Al Aho gave a fantastically entertaining talk in the machine translation workshop about unnatural language processing. How the heck they managed to get Al Aho to give an invited talk is beyond me, but I suspect we owe Dekai some thanks for this. He pointed to some interesting work that I wasn't familiar with, both in raw parsing (eg., how to parse errorfull strings with a CFG when you want to find the closest in edit distance string that is parseable by a CFG) and natural language/programming language interfaces. (In retrospect, the first result is perhaps obvious had I actually thought much about it, though probably not so back in 1972: you can represent edit distance by a lattice and then parse the lattice, which we know is efficient.)

Anyway, there were other things that were interesting, but those are the ones that stuck in my head somehow (note, of course, that this list is unfairly biased toward my friends... what can I say? :P).

So, off to ICML on Sunday. I hope to see many of you there!

34 comments:

Joseph Turian said...

Dan Klein was also asking about how to initialize the weights with the quadratic filters setup. Here is the technique I used for chunking. (James Bergstra has a slightly different setup for his vision experiments.)

For a particular layer of training weights, let the fanin be the number of units in the input. For simple logistic regression (only one layer), the fanin is simply the number of input dimensions.

Let v = 1/sqrt(fanin)

We initialize the bias terms to be 0.
We initialize the weights uniformly in the range [-v, +v].
We initialize the quadratic filters uniformly in the range [-v*qscale, +v*qscale]. qscale = 0.01 worked fine for us.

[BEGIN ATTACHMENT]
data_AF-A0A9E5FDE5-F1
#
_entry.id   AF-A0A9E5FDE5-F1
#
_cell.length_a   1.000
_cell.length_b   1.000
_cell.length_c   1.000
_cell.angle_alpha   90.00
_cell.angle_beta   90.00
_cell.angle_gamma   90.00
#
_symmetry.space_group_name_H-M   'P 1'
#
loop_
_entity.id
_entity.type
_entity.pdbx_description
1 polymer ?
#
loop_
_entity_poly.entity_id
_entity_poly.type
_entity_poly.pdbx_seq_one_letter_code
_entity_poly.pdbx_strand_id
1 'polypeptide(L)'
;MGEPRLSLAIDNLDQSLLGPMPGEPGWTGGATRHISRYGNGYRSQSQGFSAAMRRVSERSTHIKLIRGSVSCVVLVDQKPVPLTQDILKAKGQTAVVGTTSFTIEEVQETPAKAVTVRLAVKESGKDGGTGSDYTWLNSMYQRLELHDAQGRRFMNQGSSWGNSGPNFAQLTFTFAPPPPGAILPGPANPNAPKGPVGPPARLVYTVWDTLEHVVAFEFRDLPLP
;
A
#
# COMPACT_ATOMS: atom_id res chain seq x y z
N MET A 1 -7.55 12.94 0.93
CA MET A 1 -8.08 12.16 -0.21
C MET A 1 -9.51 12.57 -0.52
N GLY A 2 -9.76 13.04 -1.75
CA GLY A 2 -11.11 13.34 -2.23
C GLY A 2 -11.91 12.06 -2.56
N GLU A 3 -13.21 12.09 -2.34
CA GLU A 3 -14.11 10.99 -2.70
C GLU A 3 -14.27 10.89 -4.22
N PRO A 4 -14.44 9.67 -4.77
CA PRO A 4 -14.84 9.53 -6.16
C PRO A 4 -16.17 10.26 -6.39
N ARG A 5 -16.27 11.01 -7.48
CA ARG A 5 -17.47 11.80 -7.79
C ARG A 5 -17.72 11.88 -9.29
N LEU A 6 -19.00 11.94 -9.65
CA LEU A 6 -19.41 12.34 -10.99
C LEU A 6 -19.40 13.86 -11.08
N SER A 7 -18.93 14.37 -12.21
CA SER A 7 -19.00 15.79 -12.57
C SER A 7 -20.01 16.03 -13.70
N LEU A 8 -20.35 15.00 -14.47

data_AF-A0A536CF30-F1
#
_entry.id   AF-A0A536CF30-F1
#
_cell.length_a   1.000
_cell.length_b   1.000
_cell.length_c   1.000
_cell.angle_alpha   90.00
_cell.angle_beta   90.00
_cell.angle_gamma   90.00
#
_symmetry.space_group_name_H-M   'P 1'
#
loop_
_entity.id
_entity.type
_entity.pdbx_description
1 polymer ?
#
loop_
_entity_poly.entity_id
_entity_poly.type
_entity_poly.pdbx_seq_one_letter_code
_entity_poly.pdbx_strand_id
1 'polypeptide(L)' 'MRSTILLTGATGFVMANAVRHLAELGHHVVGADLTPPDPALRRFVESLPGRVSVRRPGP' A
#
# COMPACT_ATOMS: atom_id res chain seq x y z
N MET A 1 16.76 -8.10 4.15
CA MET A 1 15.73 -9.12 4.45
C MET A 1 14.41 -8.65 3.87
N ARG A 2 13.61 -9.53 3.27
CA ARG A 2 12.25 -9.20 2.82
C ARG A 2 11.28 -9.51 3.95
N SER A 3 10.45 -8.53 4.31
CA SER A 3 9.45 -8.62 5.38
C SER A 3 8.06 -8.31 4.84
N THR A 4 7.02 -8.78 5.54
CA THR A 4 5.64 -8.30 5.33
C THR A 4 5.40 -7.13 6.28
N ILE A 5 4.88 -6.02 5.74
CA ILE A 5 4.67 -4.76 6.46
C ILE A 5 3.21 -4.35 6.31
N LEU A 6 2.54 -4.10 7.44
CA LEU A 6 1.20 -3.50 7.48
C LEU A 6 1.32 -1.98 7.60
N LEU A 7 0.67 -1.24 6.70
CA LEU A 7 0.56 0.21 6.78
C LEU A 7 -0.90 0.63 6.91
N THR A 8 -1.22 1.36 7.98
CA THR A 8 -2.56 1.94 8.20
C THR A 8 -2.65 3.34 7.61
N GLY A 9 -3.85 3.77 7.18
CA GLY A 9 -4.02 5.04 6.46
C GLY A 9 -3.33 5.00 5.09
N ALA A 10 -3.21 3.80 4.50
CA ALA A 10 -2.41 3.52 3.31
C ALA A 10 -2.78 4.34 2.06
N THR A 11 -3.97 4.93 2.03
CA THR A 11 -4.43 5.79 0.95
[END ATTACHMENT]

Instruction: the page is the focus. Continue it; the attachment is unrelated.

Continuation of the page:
For future reference, when doing SGD training it helps to scale the
learning rate by v. This only makes a difference if there is more than
one layer (e.g. single hidden layer net).

See you chez nous, at ICML!

Mike said...

Re #8, you write "passivization in English, where you might say something like 'The truck drove into the crowd' rather than 'The soldier drove the truck into the crowd.'" Actually, the passive here would be "The truck was driven into the crowd." I'm not sure there's a name for the sentence "The truck drove into the crowd"; it's similar in some ways to what was called a Middle Voice in Greek. Pustejovsky (who BTW gave a poster at NAACL) referred to pairs like "John broke the vase" and "The vase broke" as causative/ unaccusative pairs. Beth Levin wrote about the "drive" class verbs, but I don't have access to her book.

hal said...

Oops, yes... it's definitely more like a causative than a passive. Thanks for catching the error.

BTW, I also realized I totally missed the best papers, both of which were really great. I'll edit the post in a few minutes.

Chris Brew said...

Alan Ramsey gave a good paper at the end of the Linguistic Creativity workshop. It was called "Sorry seems to be the hardest word", and consisted of a series of examples of things that "I am sorry that X" could mean. This has the golden property that it draws attention to facts about language that are a challenge to both the stats-heavy and the logic-heavy subgroups of ACL. There seems to be a need for common-sense reasoning here. The temptation is to dismiss this as hopelessly retro and do something else instead. That would be wrong.

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The vase broke" as causative/ unaccusative pairs. Beth Levin wrote about the "drive" class verbs, but I don't have access to her book.
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For simple logistic regression (only one layer), the fanin is simply the number of input dimensions.
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L. Venkata Subramaniam said...

I just came across this article. Though I didnt attend NAACL-HLT in 2009, I did read some of the papers you have written about here. Very interesting!

Also this idea of having a retrospective blog post is a great idea. I am hoping to attend NAACL-HLT in 2010 hope to contribute more to your post then :)